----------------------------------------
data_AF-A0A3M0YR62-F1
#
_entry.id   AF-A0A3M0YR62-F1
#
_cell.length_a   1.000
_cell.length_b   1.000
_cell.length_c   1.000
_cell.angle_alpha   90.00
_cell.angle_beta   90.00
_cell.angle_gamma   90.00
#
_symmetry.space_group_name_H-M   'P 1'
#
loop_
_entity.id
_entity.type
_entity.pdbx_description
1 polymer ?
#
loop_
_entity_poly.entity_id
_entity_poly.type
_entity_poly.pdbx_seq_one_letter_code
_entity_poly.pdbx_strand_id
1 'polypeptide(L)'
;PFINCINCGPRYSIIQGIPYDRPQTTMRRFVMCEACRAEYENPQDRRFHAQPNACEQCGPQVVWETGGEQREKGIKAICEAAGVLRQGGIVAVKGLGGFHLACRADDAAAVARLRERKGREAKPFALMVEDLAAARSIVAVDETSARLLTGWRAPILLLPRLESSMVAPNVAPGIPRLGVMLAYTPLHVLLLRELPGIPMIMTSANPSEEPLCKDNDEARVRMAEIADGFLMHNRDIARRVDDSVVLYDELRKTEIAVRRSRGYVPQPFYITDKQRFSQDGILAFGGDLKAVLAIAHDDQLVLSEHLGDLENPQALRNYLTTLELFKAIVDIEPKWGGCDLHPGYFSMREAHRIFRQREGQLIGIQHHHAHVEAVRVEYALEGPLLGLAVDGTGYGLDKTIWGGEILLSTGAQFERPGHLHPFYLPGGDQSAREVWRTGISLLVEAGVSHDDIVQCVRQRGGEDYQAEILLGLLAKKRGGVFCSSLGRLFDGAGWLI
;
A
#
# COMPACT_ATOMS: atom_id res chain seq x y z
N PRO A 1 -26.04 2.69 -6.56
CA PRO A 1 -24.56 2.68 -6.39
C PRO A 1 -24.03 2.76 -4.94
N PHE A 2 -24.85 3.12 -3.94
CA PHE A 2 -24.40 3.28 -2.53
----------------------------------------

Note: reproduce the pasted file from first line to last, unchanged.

data_AF-A0A3M0YR62-F1
#
_entry.id   AF-A0A3M0YR62-F1
#
_cell.length_a   1.000
_cell.length_b   1.000
_cell.length_c   1.000
_cell.angle_alpha   90.00
_cell.angle_beta   90.00
_cell.angle_gamma   90.00
#
_symmetry.space_group_name_H-M   'P 1'
#
loop_
_entity.id
_entity.type
_entity.pdbx_description
1 polymer ?
#
loop_
_entity_poly.entity_id
_entity_poly.type
_entity_poly.pdbx_seq_one_letter_code
_entity_poly.pdbx_strand_id
1 'polypeptide(L)'
;PFINCINCGPRYSIIQGIPYDRPQTTMRRFVMCEACRAEYENPQDRRFHAQPNACEQCGPQVVWETGGEQREKGIKAICEAAGVLRQGGIVAVKGLGGFHLACRADDAAAVARLRERKGREAKPFALMVEDLAAARSIVAVDETSARLLTGWRAPILLLPRLESSMVAPNVAPGIPRLGVMLAYTPLHVLLLRELPGIPMIMTSANPSEEPLCKDNDEARVRMAEIADGFLMHNRDIARRVDDSVVLYDELRKTEIAVRRSRGYVPQPFYITDKQRFSQDGILAFGGDLKAVLAIAHDDQLVLSEHLGDLENPQALRNYLTTLELFKAIVDIEPKWGGCDLHPGYFSMREAHRIFRQREGQLIGIQHHHAHVEAVRVEYALEGPLLGLAVDGTGYGLDKTIWGGEILLSTGAQFERPGHLHPFYLPGGDQSAREVWRTGISLLVEAGVSHDDIVQCVRQRGGEDYQAEILLGLLAKKRGGVFCSSLGRLFDGAGWLI
;
A
#
# COMPACT_ATOMS: atom_id res chain seq x y z
N PRO A 1 -26.04 2.69 -6.56
CA PRO A 1 -24.56 2.68 -6.39
C PRO A 1 -24.03 2.76 -4.94
N PHE A 2 -24.85 3.12 -3.94
CA PHE A 2 -24.40 3.28 -2.53